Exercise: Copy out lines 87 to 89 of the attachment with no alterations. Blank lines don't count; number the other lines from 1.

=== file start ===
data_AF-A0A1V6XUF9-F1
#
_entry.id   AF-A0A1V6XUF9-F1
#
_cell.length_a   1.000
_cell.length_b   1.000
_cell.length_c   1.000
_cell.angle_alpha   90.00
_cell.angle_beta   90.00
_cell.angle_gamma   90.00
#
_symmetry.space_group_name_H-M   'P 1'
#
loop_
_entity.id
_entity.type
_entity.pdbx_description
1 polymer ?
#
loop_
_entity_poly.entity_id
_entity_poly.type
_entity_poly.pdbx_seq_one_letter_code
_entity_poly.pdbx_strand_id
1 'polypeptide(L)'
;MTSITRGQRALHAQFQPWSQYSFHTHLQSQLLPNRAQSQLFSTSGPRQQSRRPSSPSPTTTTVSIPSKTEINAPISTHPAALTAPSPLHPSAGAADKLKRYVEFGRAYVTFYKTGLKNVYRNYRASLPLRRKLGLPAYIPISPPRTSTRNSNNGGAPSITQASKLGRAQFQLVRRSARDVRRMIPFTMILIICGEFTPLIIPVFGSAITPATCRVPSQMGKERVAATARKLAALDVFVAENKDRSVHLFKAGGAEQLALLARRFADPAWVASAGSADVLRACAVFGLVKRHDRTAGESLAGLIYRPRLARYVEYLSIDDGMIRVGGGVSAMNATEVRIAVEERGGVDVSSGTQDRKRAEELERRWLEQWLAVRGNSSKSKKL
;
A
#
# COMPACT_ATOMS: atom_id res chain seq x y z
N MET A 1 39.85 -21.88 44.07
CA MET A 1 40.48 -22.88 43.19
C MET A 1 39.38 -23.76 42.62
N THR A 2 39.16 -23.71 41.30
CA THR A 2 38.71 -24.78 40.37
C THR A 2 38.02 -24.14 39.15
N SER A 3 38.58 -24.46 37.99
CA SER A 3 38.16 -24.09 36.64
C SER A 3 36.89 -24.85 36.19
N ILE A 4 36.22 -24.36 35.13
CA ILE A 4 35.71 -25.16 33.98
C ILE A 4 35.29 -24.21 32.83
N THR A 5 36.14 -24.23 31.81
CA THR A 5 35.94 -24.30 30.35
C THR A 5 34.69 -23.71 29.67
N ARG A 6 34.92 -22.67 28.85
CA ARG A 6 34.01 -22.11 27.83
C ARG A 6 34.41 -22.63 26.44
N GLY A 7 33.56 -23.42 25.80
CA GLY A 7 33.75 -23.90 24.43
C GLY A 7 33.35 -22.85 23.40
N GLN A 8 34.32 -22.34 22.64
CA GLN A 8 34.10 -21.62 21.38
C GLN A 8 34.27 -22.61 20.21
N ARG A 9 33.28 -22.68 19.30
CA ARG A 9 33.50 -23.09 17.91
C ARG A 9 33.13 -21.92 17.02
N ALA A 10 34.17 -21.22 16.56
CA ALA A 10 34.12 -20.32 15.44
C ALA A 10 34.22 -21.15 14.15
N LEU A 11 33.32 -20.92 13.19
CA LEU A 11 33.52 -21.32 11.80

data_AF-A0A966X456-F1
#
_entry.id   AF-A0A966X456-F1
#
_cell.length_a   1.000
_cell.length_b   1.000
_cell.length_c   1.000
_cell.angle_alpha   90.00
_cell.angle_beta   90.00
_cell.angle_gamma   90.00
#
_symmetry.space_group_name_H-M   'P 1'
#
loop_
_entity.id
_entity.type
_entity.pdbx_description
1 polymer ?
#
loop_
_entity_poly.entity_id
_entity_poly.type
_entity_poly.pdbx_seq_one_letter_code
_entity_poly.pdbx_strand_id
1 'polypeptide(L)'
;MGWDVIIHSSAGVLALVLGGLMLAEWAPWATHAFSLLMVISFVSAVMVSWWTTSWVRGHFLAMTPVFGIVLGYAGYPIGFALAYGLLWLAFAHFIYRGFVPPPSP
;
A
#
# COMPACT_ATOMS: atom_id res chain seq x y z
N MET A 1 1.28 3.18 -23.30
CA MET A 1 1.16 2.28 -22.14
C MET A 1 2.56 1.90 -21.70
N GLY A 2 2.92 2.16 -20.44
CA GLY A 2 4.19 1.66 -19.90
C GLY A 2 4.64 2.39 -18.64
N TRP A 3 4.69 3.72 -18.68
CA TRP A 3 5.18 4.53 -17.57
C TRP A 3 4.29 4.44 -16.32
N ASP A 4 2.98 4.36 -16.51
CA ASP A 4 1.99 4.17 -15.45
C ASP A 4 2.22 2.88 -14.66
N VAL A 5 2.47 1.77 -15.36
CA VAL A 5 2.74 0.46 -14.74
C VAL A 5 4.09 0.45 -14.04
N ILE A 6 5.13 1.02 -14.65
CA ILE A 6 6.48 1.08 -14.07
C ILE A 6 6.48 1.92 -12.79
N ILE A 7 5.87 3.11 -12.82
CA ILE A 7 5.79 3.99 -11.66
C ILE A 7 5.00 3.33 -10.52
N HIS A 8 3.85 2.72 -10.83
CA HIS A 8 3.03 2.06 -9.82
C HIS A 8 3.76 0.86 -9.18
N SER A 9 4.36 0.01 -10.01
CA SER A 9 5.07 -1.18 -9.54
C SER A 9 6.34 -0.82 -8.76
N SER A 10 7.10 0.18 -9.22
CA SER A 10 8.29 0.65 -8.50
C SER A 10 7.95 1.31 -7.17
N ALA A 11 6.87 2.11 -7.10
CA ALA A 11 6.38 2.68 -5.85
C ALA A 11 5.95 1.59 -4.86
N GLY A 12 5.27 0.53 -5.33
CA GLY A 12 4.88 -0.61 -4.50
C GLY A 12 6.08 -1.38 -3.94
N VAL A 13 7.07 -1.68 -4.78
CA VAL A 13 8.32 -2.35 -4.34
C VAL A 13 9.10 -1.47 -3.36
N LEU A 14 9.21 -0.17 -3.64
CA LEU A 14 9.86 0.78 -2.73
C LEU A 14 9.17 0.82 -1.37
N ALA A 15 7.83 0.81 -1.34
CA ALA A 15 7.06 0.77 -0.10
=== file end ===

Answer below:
1 'polypeptide(L)'
;MGWDVIIHSSAGVLALVLGGLMLAEWAPWATHAFSLLMVISFVSAVMVSWWTTSWVRGHFLAMTPVFGIVLGYAGYPIGFALAYGLLWLAFAHFIYRGFVPPPSP
;